That saying you've picked up on is a bit of a mystery. Why would anybody ever say anything like that, when it's so easily shown to be false? Why would devoted followers stick such a blatant falsehood in the mouth of their Dear Leader? Even if he really said it, then that's why God made editors.

Bottom line: you are amply justified in rejecting the biblical Jesus on the grounds of the saying alone. What does that mean for the historical Jesus? Not much. People say stupid things all the time, plus it's religion - maybe there's a deeper hidden meaning that only the insiders knew.

I don't know if that helps much. But um, there aren't even fables about any of the disciples moving a mountain, at least not as far as I know (which isn't 100%, and nobody knows if there was such a fable and it got lost). Shooting guys out of the Roman sky? Yes ... God gave Ol' Pete that one. or so it is written.

 

 

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Will Do
6 minutes ago, Guyver said:

So, would it be fair to say that you don’t believe the verses I quoted from Jesus in John as something real or true?

 

No it's not fair because the truth about discerning what things written about God in books are true and which things are not, is certain to become evident only when sincerely attempting to see eye to eye with God, within.

 

 

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Guyver
5 minutes ago, Will Do said:

 

No it's not fair because the truth about discerning what things written about God in books are true and which things are not, is certain to become evident only when sincerely attempting to see eye to eye with God, within.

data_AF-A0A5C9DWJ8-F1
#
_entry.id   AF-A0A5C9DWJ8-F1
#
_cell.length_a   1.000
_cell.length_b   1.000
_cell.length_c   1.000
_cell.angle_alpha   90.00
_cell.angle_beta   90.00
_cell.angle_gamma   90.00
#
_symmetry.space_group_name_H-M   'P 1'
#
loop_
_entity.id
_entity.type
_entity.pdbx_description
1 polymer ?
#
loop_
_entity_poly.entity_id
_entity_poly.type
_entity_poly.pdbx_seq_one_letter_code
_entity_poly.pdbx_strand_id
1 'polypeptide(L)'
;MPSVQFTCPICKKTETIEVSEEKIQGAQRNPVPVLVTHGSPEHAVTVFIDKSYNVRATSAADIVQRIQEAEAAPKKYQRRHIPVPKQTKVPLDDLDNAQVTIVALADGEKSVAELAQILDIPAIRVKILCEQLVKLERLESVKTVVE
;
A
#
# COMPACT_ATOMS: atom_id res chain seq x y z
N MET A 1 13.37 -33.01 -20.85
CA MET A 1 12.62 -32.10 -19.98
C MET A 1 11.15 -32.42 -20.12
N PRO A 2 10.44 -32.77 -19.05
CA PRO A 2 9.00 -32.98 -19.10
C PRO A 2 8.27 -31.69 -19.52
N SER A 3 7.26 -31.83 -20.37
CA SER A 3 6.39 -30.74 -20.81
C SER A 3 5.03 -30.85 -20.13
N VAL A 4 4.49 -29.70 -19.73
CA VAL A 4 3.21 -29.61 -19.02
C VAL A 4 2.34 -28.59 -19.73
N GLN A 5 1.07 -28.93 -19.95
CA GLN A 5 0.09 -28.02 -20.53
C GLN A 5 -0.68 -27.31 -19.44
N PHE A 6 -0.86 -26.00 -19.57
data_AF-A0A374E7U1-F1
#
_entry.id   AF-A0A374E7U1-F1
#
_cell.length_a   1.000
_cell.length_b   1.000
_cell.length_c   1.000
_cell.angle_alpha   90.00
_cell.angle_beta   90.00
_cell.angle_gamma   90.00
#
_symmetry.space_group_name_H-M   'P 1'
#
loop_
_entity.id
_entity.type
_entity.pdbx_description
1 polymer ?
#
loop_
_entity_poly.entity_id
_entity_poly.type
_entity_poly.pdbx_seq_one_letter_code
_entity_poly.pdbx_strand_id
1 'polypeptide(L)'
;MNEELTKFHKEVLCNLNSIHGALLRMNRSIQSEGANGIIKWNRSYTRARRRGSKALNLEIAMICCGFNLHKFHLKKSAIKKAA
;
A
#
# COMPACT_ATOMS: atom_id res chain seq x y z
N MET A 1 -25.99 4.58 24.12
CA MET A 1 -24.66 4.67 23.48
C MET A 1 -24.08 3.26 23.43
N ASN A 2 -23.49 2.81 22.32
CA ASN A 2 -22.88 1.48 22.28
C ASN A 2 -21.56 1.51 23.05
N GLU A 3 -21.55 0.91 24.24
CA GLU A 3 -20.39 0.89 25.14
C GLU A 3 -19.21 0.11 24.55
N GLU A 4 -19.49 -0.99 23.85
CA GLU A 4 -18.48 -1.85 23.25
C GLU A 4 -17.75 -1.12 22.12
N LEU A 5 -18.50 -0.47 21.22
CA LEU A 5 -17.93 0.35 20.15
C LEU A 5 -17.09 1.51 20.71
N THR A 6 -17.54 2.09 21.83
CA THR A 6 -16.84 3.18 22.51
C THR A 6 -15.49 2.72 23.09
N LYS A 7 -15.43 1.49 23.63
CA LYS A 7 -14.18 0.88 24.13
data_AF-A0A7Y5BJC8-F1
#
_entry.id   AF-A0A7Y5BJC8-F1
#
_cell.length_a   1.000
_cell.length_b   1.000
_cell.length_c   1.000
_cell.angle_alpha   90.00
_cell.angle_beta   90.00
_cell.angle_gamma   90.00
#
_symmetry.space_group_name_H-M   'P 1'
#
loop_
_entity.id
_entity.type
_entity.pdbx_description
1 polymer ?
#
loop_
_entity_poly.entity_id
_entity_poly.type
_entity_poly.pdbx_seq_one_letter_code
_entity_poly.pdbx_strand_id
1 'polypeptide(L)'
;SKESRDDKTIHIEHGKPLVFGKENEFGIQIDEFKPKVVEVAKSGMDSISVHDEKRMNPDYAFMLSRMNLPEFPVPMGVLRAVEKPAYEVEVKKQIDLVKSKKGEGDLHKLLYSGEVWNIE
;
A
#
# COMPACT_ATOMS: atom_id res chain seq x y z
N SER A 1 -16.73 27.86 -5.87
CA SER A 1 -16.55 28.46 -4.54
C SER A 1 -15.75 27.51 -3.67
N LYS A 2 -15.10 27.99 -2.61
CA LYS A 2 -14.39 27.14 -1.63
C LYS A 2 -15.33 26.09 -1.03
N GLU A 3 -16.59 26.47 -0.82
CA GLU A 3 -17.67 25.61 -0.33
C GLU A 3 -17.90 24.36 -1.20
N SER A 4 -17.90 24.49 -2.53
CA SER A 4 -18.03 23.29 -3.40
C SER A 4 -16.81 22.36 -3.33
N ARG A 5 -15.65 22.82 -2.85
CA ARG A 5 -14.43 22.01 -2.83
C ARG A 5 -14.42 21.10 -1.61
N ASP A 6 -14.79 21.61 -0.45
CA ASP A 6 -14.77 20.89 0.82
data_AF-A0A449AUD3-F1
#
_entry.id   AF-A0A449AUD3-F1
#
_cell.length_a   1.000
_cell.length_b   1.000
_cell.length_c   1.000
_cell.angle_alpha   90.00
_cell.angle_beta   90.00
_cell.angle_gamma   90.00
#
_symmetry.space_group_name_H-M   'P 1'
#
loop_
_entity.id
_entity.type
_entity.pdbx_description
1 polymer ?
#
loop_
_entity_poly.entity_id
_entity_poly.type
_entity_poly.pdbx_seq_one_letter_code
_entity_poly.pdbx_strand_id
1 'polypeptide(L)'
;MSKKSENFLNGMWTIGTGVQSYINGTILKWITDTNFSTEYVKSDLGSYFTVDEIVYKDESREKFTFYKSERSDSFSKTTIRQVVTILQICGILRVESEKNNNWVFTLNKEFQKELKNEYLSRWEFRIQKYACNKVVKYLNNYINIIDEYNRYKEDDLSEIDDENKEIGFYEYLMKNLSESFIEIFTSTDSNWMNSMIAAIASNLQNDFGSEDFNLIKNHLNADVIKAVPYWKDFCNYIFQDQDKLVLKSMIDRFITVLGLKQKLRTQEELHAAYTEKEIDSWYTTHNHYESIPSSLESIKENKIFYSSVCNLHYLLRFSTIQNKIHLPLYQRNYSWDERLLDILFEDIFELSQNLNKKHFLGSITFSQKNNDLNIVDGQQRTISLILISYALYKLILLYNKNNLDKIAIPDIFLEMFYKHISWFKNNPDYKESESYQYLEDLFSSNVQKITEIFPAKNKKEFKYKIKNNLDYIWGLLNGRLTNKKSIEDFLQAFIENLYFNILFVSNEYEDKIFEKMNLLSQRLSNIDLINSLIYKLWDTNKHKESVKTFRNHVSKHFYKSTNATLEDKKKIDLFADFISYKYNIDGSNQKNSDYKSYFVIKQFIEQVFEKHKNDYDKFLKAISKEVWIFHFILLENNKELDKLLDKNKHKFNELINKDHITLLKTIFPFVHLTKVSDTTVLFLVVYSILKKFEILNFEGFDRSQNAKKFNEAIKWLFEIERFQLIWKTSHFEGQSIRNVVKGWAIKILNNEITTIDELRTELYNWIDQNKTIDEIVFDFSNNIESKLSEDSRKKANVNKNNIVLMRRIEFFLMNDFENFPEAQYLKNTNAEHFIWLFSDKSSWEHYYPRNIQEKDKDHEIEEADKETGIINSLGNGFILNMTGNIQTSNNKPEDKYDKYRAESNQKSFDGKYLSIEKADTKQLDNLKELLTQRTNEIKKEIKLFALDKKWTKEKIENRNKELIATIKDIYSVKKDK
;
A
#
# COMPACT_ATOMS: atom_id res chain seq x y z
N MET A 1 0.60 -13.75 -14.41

OK, I’m not sure I understand completely.  Are you saying that if one has God within, they would not ask God for things like the healing of a sick friend or loved one?

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Will Do
44 minutes ago, Guyver said:

OK, I’m not sure I understand completely.  Are you saying that if one has God within, they would not ask God for things like the healing of a sick friend or loved one?

 

I'm saying there isn't an 'if' to God being within everyone. Besides it being existential it's one of the most commonly held universal beliefs, unless someone has fallen into the error of believing he isn't within but instead is only "over here or over there".

To whether or not someone would not ask God for things like the healing of a sick friend or loved one, that's something you'd have to take up with whoever that person is. Because I'm not not one of them.

 

 

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Sherapy
2 hours ago, Will Do said:

 

No it's not fair because the truth about discerning what things written about God in books are true and which things are not, is certain to become evident only when sincerely attempting to see eye to eye with God, within.

 

 

In other words, do you mean the UB is the beliefs you have internalized as  your “god” or do you mean something else?

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Mr Walker
10 hours ago, eight bits said:

Yes, that was my intention, to compare like with like. Mark wasn't part of the story he told; I'm not part of your story. The stories themselves are parallel, too. People really do see things like absurdly misplaced pedestrians and doors.

Well, as happens so often when evaluating stories about oddities, it isn't so much what's possible, but which of the available explanations is most likely.

As many times as you've been told this, you don't seem to understand it.

Comparison of how he tells this story with (1) how he tells other small-group and individual anomalous-experience stories and (2) how some other ancient authors told such stories.